Spitzer's exit threatens his tax-credit plan
EmptyUPDATED 1:25 p.m., PST, Mar. 13
NEW YORK -- The film business has seen its share of prostitution scandals, but few could've imagined that one involving a New York politico might impact the landscape of film and TV production.
Gov. Eliot Spitzer resigned Wednesday because of his connection to a call girl investigation. Now it will be up to Lt. Gov. David Paterson -- who takes over the governor's job Monday -- to step in and bridge the divide in the state Legislature over Spitzer's aggressive expansion of film and TV production tax credits.
And despite Paterson's new status as the Democrat heading the state, the scandal that ushered him in likely will benefit the Republicans.
By the end of Wednesday, both the Republican-led state Senate and Democratic-led Assembly had unveiled proposed budgets with their partisan versions of the legislation Spitzer spearheaded. The outgoing governor proposed an extension of the current 10% state tax credit on below-the-line production costs, upping it to 15% of all production costs (including above-the-line costs for actors, producers and directors). He also pushed for an incremental bump in the benefit cap from $60 million to $75 million by 2011.
The tax credits, initiated in 2004, have bipartisan support, but the Senate and Assembly have much different takes -- and price tags -- on the bill. The Assembly agrees with Spitzer's caps but wants an increase to 30% of productions cost with no above-the-line credit, taking about $100 million from the budget. The Senate agrees with Spitzer's overall 15% plan but wants to "blow the cap out" -- as proponent Sen. Martin Golden puts it -- at an estimated $300 million budget cost.
"There'll be a 'Gerald Ford lull' " for the new governor, suspects one Republican lawmaker, alluding to the succeeding president's post-Nixon impeachment tenure where Democratic legislation generally passed easily. "He'll be concentrating on healing, playing peacemaker and just trying to get things through."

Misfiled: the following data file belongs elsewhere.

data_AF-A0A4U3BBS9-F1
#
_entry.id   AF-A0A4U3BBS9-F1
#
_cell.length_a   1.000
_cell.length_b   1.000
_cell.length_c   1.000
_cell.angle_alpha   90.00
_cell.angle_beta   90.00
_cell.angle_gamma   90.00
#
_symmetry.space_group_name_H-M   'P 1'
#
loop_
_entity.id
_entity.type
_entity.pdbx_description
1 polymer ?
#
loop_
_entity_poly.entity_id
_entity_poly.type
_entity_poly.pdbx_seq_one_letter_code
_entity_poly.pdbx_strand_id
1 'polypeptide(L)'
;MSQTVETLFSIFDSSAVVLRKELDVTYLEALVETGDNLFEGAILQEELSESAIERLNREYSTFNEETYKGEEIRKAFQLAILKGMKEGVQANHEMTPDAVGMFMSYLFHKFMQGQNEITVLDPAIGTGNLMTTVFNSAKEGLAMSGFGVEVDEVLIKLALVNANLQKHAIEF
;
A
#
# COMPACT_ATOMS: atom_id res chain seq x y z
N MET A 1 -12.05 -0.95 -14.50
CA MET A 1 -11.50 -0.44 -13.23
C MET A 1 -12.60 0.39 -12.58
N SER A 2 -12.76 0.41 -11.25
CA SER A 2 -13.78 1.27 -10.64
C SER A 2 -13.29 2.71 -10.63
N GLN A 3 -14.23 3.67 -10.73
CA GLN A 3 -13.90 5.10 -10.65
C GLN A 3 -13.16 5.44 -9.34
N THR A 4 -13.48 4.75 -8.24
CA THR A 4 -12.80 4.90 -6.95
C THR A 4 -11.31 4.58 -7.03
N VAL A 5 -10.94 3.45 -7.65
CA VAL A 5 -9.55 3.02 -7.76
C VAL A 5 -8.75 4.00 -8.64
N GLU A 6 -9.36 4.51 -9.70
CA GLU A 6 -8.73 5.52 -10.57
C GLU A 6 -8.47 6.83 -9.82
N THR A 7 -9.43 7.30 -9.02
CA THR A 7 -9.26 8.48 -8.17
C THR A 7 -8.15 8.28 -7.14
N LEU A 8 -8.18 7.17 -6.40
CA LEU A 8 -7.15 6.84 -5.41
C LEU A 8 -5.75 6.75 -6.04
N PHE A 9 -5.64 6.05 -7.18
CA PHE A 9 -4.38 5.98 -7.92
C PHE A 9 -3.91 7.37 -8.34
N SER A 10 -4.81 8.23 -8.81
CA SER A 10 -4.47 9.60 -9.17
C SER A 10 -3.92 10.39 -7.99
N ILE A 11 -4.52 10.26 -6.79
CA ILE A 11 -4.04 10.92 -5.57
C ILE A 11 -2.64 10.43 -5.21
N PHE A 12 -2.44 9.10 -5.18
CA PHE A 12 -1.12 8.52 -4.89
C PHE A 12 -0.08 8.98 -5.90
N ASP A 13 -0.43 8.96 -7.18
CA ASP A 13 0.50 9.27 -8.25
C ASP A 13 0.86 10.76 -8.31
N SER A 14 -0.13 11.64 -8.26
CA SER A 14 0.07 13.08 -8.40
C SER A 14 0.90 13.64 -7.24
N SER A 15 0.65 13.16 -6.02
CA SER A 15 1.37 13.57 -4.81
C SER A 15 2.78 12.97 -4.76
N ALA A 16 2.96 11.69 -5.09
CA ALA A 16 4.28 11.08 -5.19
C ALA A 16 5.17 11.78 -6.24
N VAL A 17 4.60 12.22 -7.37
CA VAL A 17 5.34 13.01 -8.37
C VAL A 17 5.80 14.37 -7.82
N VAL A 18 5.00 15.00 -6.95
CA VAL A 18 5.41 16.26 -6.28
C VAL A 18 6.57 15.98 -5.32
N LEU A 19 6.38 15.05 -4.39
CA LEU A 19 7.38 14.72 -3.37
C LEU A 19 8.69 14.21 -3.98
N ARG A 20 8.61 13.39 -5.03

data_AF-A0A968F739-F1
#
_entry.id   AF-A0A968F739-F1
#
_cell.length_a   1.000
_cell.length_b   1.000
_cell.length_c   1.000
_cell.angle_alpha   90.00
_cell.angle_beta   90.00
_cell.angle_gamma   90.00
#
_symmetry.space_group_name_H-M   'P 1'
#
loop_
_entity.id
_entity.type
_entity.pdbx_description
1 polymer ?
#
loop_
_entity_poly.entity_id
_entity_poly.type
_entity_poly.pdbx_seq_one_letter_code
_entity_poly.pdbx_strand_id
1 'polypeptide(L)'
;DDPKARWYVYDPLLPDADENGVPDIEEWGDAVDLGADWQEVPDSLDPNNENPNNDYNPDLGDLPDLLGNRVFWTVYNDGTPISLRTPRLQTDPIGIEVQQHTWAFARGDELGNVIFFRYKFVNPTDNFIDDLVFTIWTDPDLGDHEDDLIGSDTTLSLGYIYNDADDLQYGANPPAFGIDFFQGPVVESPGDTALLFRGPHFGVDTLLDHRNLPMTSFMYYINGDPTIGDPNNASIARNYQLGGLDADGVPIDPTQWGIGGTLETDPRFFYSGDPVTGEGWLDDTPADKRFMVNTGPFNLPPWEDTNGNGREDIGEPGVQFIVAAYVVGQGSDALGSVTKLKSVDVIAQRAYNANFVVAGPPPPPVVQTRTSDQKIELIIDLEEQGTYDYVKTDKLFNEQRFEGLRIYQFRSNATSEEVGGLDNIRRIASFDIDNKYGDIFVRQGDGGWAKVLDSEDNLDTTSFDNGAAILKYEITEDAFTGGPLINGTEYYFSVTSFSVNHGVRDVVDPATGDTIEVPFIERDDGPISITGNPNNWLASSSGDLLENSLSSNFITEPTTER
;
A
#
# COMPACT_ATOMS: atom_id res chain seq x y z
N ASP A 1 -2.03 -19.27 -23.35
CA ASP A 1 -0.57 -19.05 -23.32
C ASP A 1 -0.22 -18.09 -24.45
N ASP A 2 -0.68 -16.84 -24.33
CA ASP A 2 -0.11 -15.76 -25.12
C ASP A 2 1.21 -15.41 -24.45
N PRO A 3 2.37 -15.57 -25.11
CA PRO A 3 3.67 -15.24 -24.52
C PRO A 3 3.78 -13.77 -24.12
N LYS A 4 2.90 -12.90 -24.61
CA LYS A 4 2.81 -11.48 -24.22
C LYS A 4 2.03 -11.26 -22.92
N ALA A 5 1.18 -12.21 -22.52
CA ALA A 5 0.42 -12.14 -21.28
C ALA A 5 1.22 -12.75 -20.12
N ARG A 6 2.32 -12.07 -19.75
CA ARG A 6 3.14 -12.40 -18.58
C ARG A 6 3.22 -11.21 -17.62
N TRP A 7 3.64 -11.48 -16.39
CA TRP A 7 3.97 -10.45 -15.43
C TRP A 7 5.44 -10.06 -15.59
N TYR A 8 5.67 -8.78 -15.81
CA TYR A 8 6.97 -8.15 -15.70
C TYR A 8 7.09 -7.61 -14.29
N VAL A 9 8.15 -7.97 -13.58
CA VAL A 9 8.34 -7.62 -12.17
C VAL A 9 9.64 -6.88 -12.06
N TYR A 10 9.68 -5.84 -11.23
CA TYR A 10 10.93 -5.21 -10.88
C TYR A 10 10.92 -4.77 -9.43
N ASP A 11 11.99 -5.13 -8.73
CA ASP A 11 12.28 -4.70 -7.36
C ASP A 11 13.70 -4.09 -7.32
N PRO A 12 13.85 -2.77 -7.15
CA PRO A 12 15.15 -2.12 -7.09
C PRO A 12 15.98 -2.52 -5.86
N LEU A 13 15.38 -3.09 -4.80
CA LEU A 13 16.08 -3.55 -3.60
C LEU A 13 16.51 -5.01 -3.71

Another factor giving Democrats less leverage, according to several involved, is the friendly relationship between Paterson and Senate leader Joseph Bruno, a fierce Spitzer opponent.
Democratic Assemblyman and tax credit bill proponent Joseph Lentol said the emphasis on below-the-line credits is meant to help build New York's film industry infrastructure by supporting and establishing ongoing production jobs. "It's better to give tax relief for the hiring of people who need jobs, as opposed to offering tax relief in relation to the employment of marquee actors and directors," said Derek Murphy, a spokesman for Democratic Assemblyman Joseph Morelle, who's also behind the tax credits
Republican Golden argues that the above-the-line breaks will bring in more production in the longer term and that the percentages are similar and a wash: about 50% for big-budget films and about 60%-80% for below-the-line costs on low-budget films. The Senate plan, however, does seem to place a greater emphasis on pulling in large studio productions, given their more expensive above-the-line talent than low-budget films.
Strong supporters of the tax credits such as Steiner Studios' Doug Steiner and Silvercup Studios' Stuart Match Suna said they don't expect any delays -- a belief shared by the bills' legislative leaders Golden, Lentol and Morelle -- though the state government typically misses its April 1 budget deadline even without a huge scandal on its hands.
The legislation is a response to fierce competition created by Connecticut's recent 30% above- and below-the-line tax credit. The state has siphoned away numerous film shoots, including the New York-based "Righteous Kill," starring longtime Gothamites Robert De Niro and Al Pacino. Other states taking New York business include Massachusetts, Pennsylvania and Rhode Island.
The ultimate impact of either version of the bill might be most harshly felt in New York City, the only city in the nation with production tax credits. The city tacked a 5% below-the-line tax credit on the initial legislation and this percentage will remain added to whatever new legislation the state government passes in the future, but there is concern that the resulting big boom in productions will eat through the budget cap that Spitzer and the Assembly want.
But then again, as with the last time, legislators can always go back to the budget well with another earlier-than-scheduled extension.